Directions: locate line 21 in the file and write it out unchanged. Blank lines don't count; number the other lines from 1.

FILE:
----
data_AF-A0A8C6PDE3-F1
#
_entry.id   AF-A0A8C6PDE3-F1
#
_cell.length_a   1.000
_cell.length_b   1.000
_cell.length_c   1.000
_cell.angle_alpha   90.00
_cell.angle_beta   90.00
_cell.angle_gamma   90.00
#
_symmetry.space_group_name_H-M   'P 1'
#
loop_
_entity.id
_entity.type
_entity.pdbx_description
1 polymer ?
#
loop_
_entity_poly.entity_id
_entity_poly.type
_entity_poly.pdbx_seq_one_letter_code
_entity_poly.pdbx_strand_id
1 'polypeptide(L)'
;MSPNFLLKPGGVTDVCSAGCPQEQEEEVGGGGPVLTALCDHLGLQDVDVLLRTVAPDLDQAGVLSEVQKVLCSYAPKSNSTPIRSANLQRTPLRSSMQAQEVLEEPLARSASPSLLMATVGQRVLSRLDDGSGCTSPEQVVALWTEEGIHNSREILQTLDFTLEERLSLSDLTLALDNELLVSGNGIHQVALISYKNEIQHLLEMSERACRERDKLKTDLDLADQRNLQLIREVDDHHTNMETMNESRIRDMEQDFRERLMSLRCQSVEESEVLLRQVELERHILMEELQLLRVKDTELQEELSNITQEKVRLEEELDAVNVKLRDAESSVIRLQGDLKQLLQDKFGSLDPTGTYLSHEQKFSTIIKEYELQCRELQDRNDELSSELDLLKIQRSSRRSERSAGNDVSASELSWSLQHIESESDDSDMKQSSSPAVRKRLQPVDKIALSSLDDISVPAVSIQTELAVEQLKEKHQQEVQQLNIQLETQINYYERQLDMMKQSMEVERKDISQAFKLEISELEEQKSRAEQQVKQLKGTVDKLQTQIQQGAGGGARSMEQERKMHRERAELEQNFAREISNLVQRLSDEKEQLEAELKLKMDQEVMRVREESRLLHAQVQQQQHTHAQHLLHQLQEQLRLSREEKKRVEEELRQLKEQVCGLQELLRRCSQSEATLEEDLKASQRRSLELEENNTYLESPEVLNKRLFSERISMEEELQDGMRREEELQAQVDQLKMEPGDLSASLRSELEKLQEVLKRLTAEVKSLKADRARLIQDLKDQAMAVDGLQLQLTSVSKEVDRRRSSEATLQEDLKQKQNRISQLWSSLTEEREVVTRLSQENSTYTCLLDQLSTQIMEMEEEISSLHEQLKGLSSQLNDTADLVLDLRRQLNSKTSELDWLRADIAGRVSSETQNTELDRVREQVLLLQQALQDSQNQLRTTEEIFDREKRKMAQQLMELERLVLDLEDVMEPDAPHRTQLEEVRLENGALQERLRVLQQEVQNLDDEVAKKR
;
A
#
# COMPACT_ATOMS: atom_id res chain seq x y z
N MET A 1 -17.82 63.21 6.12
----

_entity_poly.entity_id